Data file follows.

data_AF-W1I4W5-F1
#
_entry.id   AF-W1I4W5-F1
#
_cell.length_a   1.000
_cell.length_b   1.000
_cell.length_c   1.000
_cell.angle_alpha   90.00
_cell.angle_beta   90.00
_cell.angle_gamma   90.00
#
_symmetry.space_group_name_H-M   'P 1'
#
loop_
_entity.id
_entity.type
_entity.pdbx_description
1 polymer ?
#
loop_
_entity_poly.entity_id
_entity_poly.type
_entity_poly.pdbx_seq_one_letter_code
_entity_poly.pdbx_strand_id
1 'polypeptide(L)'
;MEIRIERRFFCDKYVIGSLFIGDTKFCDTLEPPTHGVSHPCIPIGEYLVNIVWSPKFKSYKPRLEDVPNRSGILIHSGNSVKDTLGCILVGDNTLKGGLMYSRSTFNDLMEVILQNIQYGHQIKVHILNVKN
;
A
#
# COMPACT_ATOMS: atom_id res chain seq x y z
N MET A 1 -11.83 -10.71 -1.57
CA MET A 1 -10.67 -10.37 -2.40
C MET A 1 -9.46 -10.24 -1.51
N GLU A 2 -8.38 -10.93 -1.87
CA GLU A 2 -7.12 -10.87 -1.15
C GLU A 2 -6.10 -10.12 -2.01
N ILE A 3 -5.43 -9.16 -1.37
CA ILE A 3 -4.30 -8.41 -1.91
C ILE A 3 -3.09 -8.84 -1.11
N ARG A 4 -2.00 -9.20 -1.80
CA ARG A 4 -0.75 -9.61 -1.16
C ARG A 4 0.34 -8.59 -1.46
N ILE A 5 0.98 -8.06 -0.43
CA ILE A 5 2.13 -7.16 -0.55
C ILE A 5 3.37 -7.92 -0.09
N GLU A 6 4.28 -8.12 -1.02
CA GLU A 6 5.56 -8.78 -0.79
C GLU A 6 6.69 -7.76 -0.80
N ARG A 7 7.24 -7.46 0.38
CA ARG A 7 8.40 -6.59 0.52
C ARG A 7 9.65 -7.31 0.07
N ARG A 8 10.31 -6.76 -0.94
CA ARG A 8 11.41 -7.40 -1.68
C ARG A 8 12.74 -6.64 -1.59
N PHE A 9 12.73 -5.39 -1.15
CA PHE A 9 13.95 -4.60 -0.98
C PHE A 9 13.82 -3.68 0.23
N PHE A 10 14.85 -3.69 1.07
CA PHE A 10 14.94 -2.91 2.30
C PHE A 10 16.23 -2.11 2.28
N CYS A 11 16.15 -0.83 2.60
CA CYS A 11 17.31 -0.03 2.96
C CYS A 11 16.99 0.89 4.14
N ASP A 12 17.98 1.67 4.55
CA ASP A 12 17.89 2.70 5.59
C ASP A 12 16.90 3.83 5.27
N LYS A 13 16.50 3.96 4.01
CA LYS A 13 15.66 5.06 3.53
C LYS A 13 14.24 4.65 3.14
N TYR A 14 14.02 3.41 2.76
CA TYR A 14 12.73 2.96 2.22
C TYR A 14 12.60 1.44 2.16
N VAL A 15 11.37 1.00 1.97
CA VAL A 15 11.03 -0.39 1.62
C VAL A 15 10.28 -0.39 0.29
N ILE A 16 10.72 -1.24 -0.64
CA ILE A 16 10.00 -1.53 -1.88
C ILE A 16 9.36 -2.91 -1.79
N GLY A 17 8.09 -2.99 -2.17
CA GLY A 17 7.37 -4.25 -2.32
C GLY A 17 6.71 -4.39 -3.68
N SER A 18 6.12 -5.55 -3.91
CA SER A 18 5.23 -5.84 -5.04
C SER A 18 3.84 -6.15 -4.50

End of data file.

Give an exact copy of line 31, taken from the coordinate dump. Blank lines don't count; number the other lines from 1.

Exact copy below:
N MET A 1 -11.83 -10.71 -1.57